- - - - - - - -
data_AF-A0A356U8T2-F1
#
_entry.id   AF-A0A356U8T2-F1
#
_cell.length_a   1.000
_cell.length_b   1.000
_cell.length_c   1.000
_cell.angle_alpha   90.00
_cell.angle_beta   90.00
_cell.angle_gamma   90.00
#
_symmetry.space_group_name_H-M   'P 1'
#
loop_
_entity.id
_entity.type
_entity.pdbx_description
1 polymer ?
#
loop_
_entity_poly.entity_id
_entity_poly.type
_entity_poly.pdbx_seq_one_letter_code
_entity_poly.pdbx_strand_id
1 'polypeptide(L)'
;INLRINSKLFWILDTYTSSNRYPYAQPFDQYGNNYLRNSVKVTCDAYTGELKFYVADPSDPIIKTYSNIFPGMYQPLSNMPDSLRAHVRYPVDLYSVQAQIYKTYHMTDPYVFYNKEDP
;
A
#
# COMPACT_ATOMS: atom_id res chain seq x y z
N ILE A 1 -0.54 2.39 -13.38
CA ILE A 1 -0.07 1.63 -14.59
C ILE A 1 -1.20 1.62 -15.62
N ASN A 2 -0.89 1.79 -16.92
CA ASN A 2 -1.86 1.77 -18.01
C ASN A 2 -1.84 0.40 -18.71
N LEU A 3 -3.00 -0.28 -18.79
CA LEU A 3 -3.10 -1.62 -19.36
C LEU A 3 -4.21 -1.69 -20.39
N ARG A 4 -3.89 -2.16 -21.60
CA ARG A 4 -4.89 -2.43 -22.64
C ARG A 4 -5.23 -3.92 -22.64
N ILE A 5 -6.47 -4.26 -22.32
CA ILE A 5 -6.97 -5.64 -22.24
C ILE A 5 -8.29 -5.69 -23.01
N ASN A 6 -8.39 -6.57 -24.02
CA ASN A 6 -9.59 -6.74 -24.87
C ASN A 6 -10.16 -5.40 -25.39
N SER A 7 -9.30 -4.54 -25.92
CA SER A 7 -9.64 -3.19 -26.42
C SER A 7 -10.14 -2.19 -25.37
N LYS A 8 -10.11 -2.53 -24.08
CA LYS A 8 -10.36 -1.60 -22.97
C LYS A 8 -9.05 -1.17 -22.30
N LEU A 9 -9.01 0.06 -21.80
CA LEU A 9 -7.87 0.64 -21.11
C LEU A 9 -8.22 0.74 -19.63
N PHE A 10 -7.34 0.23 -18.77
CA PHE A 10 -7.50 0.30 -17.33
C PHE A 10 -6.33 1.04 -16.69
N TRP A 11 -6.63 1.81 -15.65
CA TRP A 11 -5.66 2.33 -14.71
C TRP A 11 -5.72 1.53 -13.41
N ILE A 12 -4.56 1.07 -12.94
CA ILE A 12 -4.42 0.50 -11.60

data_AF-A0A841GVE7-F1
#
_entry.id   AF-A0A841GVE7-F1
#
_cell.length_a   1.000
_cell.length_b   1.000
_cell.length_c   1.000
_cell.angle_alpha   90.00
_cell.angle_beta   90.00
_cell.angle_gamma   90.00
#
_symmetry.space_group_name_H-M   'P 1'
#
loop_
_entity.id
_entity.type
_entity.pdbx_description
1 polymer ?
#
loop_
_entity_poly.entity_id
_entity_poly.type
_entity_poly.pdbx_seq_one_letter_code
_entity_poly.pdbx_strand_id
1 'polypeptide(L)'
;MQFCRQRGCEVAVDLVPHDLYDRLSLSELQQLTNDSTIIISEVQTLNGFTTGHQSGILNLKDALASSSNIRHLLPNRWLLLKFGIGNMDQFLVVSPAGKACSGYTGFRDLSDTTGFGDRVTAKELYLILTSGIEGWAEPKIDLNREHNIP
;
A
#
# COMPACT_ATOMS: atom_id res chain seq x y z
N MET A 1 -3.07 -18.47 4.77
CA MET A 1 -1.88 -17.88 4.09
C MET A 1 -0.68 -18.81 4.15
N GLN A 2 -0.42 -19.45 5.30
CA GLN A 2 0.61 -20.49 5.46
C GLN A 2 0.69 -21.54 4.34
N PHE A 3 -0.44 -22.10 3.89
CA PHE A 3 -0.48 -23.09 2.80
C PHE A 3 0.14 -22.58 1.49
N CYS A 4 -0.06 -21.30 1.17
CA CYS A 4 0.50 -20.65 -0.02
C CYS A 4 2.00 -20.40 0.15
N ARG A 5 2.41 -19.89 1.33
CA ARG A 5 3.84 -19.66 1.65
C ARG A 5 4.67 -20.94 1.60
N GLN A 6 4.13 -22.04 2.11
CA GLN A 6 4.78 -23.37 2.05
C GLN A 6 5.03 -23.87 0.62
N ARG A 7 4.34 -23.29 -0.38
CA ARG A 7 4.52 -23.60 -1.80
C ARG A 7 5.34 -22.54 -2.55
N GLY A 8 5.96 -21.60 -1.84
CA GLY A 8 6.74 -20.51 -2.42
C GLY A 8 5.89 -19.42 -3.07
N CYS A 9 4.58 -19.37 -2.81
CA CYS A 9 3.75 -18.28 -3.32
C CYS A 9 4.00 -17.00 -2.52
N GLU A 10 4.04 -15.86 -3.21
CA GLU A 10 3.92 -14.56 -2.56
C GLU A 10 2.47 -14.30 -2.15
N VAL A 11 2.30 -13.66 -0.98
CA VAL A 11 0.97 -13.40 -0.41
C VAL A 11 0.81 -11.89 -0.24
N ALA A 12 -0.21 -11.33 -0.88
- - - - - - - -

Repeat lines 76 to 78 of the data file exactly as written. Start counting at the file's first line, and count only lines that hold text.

#
_symmetry.space_group_name_H-M   'P 1'
#